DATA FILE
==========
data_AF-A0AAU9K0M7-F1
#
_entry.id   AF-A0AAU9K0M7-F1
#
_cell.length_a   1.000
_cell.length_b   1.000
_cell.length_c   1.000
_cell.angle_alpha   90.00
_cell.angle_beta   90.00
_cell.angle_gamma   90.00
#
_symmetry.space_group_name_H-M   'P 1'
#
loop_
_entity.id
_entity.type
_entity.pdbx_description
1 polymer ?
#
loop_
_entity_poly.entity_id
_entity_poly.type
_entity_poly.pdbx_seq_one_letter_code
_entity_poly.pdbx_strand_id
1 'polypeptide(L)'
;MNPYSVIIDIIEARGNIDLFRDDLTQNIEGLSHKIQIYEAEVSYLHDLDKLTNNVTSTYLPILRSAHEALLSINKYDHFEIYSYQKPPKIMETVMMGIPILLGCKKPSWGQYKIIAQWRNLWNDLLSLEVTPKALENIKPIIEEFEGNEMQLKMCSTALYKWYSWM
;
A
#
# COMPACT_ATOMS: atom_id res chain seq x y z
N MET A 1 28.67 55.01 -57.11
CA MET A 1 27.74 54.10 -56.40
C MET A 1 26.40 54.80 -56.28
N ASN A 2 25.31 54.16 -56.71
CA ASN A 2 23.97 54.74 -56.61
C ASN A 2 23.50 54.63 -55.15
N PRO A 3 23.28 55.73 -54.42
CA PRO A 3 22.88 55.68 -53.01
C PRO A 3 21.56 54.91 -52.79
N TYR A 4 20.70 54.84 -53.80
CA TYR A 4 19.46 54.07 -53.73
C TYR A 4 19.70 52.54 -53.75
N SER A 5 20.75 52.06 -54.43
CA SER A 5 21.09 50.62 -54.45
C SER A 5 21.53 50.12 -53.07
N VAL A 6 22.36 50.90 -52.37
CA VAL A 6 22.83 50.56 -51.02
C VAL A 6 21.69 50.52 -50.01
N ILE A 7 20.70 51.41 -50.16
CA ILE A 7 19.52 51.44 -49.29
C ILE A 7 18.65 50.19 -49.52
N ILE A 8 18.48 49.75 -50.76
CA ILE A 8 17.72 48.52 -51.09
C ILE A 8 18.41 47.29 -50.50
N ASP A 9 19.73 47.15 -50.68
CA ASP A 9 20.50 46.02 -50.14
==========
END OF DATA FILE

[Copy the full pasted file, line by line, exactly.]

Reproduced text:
data_AF-A0AAU9K0M7-F1
#
_entry.id   AF-A0AAU9K0M7-F1
#
_cell.length_a   1.000
_cell.length_b   1.000
_cell.length_c   1.000
_cell.angle_alpha   90.00
_cell.angle_beta   90.00
_cell.angle_gamma   90.00
#
_symmetry.space_group_name_H-M   'P 1'
#
loop_
_entity.id
_entity.type
_entity.pdbx_description
1 polymer ?
#
loop_
_entity_poly.entity_id
_entity_poly.type
_entity_poly.pdbx_seq_one_letter_code
_entity_poly.pdbx_strand_id
1 'polypeptide(L)'
;MNPYSVIIDIIEARGNIDLFRDDLTQNIEGLSHKIQIYEAEVSYLHDLDKLTNNVTSTYLPILRSAHEALLSINKYDHFEIYSYQKPPKIMETVMMGIPILLGCKKPSWGQYKIIAQWRNLWNDLLSLEVTPKALENIKPIIEEFEGNEMQLKMCSTALYKWYSWM
;
A
#
# COMPACT_ATOMS: atom_id res chain seq x y z
N MET A 1 28.67 55.01 -57.11
CA MET A 1 27.74 54.10 -56.40
C MET A 1 26.40 54.80 -56.28
N ASN A 2 25.31 54.16 -56.71
CA ASN A 2 23.97 54.74 -56.61
C ASN A 2 23.50 54.63 -55.15
N PRO A 3 23.28 55.73 -54.42
CA PRO A 3 22.88 55.68 -53.01
C PRO A 3 21.56 54.91 -52.79
N TYR A 4 20.70 54.84 -53.80
CA TYR A 4 19.46 54.07 -53.73
C TYR A 4 19.70 52.54 -53.75
N SER A 5 20.75 52.06 -54.43
CA SER A 5 21.09 50.62 -54.45
C SER A 5 21.53 50.12 -53.07
N VAL A 6 22.36 50.90 -52.37
CA VAL A 6 22.83 50.56 -51.02
C VAL A 6 21.69 50.52 -50.01
N ILE A 7 20.70 51.41 -50.16
CA ILE A 7 19.52 51.44 -49.29
C ILE A 7 18.65 50.19 -49.52
N ILE A 8 18.48 49.75 -50.76
CA ILE A 8 17.72 48.52 -51.09
C ILE A 8 18.41 47.29 -50.50
N ASP A 9 19.73 47.15 -50.68
CA ASP A 9 20.50 46.02 -50.14